SUPPLIES: 1. Medium weight knit – 25%-50% stretch. The yardage is your desired skirt length plus a few inches for seam & hem allowance. 2. 1” Wide Elastic – Length of your waist 3. Ball point or Stretch Needle 4. Safety Pin 5. Knit Interfacing – Optional, for hemming
*Always pre-wash your fabric to avoid shrinkage later. Then, press using the correct iron temperature for your fabric before cutting.
Waistband 3 1/4” width, this already includes a 3/8” seam allowance. No matter what size we are drafting, we will all use this same 3 1/4” waistband width measurement. The length will be the same as your waist measurement. Be sure to add 1/4” seam allowance to both ends of the waistband.
1. Fold your fabric. Align the center front of the skirt pattern with the fold of the fabric. Place the front and back skirt patterns on the fabric fold. Then, cut out the pieces. Be sure to mark your hip notches. Also, place the waistband pattern on the fabric fold. Cut out the waistband.
2. Optional Step – Cut 3/4” strips of knit interfacing. Stabilizing the hem with knit interfacing will create a nice and smooth skirt hem. The length of the strips would depend on the measurement of your entire skirt hem.
3. With RIGHT sides together, pin the skirt front to the skirt back, matching the hip notches. Serge/zigzag with a 3/8” seam allowance. Press seam towards the back.
4. With RIGHT sides together, pin the short ends of the waistband together. Stitch with a 1/4” seam allowance. Then press the seams open. Press the waistband in half lengthwise. Pin the waistband to the right side of the skirt waist.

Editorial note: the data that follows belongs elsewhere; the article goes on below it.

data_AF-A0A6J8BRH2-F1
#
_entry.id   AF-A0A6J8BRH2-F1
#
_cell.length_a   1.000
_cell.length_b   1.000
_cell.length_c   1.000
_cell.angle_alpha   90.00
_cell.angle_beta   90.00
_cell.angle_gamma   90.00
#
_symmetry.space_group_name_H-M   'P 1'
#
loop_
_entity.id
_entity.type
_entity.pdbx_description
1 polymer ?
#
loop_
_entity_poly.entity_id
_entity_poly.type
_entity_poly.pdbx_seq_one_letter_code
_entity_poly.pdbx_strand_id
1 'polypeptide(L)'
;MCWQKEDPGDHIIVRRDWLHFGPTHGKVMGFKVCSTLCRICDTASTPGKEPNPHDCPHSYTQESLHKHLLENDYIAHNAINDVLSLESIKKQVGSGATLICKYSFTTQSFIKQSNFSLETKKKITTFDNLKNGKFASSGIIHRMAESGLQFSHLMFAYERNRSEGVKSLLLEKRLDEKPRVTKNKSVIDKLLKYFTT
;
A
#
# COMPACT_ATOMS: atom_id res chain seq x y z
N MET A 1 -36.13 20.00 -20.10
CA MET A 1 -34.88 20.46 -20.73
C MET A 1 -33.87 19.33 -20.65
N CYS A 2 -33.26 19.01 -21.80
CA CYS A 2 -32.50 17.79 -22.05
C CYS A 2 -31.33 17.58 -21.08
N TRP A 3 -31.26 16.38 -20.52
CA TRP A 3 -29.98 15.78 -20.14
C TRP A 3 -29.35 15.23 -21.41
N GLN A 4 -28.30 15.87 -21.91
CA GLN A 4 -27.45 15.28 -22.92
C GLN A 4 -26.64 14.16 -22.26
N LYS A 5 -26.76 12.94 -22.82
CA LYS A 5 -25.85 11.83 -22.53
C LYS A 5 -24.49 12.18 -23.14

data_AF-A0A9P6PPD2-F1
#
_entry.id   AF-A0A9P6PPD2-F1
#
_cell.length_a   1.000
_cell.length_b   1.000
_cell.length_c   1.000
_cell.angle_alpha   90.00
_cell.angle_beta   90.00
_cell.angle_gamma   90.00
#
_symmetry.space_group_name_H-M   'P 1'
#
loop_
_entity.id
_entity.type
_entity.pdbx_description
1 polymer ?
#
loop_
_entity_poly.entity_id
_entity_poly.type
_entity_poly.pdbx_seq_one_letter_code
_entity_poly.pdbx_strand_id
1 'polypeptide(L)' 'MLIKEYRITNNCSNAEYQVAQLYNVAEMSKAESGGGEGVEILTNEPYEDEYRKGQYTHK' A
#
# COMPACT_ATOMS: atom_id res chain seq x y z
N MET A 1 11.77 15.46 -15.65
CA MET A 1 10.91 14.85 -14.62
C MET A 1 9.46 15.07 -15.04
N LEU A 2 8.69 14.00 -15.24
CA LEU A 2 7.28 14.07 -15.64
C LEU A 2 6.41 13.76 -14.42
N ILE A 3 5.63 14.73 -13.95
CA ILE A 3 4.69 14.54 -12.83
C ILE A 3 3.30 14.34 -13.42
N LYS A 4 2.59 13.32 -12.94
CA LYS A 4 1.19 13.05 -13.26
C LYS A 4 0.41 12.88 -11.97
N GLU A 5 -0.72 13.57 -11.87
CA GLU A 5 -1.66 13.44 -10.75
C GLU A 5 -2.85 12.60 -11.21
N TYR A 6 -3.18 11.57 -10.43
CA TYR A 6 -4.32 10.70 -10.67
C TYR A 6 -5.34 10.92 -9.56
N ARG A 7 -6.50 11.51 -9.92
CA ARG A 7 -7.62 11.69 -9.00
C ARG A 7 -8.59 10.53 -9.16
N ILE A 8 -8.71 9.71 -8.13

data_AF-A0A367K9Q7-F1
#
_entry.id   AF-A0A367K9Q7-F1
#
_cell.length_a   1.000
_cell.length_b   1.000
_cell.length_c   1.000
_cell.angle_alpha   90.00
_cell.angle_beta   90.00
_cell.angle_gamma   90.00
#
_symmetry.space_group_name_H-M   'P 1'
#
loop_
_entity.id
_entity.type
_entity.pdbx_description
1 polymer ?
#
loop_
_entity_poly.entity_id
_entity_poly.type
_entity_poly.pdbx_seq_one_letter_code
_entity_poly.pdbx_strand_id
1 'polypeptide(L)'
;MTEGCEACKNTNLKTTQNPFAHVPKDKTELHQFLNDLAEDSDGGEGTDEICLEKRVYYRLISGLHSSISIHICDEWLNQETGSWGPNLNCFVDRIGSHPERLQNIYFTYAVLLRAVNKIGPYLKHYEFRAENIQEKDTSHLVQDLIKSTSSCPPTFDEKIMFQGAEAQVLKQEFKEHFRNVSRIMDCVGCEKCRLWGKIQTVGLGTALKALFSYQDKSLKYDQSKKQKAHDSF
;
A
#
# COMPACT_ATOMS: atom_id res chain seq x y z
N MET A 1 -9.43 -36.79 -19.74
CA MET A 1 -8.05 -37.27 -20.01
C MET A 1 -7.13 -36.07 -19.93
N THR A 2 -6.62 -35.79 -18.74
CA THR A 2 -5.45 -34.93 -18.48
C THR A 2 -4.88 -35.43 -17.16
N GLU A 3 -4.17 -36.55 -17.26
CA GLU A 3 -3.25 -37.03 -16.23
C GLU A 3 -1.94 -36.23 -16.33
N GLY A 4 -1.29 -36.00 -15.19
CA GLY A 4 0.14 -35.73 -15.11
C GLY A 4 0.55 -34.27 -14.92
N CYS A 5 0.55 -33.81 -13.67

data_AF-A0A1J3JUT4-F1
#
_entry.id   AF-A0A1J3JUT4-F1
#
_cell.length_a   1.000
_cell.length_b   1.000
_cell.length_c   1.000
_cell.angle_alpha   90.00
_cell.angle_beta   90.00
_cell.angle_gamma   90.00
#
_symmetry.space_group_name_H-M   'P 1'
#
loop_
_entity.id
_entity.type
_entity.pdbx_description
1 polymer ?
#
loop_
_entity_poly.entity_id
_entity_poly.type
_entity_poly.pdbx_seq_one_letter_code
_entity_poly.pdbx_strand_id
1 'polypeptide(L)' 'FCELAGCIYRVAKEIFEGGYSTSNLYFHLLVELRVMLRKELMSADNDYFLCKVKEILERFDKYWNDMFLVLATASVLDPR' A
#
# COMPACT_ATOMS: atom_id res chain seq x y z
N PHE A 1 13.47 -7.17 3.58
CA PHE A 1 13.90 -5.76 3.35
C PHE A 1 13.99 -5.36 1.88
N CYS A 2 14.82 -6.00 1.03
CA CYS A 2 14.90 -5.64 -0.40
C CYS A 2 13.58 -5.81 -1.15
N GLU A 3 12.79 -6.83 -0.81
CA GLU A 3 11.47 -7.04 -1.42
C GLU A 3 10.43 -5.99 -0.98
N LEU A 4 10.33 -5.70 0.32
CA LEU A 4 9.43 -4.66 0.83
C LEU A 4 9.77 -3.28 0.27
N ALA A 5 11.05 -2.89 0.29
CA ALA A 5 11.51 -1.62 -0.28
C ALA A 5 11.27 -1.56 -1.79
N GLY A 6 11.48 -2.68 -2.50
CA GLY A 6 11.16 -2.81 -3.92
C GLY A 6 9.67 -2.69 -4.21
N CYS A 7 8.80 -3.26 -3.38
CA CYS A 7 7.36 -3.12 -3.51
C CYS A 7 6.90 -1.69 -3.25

5. Zigzag stitch the waistband to the skirt waist leaving about 2”-3” open to insert the elastic.
6. Cut your elastic to the exact length of your waist measurement. Attach a safety pin to one end of the the elastic. Then, insert it through the waistband opening. TIP – Wrap some tape around the safety pin to keep it from opening during insertion.
7. Butt the elastic ends and join using a wide zig zag stitch. Zigzag stitch the waistband opening close. Press the seam allowance down towards the skirt. Optional – Serge or zigzag the raw the edges. TIP – use a pin or some fabric glue to keep the elastic ends aligned during sewing.
8. Optional – Apply interfacing to the hem. Press the hem under 3/4”. Use a TWIN STRETCH NEEDLE or a ZIGZAG stitch for hemming. Your sewing machine may come with some other stretchy stitches. Be sure to always do a scrap test first. I highly recommend stabilizing the hem as it will create a smooth and neat finish to the hem.
Give the skirt a good final pressing and that’s it! Until next time…stress less, sew more!
Looks too easy, can’twait to make one!
Yes, it is and super fun to wear!
Your kids trousers/shorts patterns look simple and easy to follow. Can’t wait to be signed up so that I can access the patterns and make loads of them for my grandson!!
Thank you so much and welcome to my little blog, Fiona! Once I can get my schedule back on track, I plan to add more cute patterns to the library. So, stay tune! 🙂